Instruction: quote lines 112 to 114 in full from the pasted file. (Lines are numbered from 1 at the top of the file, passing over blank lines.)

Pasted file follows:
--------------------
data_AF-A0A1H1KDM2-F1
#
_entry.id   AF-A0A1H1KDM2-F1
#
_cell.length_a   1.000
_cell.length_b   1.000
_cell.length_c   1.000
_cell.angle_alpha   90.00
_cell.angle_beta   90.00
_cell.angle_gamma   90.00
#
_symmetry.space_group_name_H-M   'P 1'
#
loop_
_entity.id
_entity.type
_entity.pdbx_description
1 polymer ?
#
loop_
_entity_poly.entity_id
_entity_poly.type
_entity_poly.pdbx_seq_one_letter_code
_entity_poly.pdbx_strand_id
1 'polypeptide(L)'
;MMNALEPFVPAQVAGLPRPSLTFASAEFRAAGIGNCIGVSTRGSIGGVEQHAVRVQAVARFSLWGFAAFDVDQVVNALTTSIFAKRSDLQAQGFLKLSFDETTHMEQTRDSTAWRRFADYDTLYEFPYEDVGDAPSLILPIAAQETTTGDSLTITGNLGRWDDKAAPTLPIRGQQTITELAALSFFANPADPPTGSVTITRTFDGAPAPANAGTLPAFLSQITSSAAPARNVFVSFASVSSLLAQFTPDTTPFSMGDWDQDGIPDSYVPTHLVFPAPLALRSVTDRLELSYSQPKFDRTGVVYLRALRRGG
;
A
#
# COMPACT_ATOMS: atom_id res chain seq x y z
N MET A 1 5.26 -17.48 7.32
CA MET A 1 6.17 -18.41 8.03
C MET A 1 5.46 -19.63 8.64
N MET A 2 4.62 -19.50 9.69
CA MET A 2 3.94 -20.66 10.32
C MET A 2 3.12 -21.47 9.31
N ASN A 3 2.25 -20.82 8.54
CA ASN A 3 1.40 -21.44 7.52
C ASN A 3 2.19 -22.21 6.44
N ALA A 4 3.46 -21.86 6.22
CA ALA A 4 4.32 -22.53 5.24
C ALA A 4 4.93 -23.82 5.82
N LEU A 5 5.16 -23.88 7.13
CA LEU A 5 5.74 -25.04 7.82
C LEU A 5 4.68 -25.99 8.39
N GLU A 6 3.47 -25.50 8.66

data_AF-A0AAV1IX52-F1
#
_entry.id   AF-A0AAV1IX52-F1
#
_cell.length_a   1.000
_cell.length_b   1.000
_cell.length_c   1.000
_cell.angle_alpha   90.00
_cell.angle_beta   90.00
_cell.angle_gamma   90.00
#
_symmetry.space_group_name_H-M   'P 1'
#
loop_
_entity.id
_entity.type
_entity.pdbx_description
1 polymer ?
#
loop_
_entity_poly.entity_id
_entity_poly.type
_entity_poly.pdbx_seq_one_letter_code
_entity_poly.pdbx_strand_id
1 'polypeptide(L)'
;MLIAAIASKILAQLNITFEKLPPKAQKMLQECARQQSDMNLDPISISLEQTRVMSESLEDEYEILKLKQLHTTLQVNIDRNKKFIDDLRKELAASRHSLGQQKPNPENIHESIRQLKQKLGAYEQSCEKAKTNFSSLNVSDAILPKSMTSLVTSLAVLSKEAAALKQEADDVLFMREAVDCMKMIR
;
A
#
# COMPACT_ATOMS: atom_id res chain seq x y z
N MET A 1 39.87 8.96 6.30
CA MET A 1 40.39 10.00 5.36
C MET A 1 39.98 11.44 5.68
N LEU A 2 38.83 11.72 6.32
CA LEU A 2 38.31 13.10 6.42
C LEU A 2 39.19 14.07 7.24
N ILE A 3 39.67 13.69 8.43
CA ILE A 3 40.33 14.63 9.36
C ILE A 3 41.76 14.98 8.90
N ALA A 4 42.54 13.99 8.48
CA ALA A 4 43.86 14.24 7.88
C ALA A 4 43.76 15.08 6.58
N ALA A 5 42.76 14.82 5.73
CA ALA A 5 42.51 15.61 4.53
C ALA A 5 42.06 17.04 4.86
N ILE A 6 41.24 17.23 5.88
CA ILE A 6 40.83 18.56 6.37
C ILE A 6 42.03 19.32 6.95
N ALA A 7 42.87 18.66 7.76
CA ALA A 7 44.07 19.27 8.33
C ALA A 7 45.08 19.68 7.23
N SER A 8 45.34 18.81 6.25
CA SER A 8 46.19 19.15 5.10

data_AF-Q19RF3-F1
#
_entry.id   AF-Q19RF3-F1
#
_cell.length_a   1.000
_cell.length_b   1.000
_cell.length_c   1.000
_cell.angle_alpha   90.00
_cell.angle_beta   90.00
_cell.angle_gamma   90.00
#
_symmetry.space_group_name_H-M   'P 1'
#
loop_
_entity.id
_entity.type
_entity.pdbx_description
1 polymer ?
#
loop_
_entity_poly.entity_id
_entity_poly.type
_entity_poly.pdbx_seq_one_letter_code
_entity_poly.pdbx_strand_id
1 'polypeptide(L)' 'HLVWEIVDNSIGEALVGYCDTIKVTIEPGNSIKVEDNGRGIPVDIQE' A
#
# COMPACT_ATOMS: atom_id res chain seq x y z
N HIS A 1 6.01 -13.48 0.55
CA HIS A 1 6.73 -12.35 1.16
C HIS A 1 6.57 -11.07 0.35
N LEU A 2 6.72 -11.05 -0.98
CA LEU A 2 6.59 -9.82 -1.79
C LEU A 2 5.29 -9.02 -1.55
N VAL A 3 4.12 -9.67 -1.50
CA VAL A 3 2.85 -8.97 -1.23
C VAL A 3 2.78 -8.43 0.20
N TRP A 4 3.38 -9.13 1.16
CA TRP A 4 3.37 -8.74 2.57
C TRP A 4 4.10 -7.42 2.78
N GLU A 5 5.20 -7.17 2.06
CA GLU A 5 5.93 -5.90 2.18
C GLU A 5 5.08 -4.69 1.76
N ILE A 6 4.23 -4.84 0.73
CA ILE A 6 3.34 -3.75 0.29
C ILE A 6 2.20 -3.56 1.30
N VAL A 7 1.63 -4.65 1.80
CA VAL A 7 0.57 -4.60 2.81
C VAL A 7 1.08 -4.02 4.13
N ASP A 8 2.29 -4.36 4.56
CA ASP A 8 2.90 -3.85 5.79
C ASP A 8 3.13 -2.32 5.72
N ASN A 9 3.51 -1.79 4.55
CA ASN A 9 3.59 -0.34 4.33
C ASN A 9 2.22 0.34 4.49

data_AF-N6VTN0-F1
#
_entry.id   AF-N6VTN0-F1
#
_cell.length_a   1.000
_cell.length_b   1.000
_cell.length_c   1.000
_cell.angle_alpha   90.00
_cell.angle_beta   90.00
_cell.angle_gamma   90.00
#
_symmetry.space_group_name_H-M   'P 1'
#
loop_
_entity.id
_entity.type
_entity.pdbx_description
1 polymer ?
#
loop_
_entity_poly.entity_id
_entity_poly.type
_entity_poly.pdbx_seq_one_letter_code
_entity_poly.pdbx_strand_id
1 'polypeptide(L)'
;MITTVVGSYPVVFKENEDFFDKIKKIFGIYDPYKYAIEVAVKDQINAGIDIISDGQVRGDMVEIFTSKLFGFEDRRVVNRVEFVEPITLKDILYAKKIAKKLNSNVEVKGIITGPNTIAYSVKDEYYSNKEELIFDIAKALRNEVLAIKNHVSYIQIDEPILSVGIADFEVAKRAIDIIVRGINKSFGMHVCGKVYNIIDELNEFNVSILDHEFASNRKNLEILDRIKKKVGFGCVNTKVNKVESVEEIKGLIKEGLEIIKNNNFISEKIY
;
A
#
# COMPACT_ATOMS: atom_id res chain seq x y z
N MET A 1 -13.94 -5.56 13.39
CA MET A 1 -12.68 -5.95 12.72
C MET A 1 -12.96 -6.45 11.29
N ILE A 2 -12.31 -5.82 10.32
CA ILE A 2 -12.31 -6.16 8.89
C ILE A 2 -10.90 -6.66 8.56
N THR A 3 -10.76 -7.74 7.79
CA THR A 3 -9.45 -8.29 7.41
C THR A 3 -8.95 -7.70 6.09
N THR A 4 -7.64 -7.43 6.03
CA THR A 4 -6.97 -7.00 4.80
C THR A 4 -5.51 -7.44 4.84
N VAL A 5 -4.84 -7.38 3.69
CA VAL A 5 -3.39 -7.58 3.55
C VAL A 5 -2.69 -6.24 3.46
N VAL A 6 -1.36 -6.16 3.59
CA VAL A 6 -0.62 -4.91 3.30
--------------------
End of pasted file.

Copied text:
#
loop_
_entity.id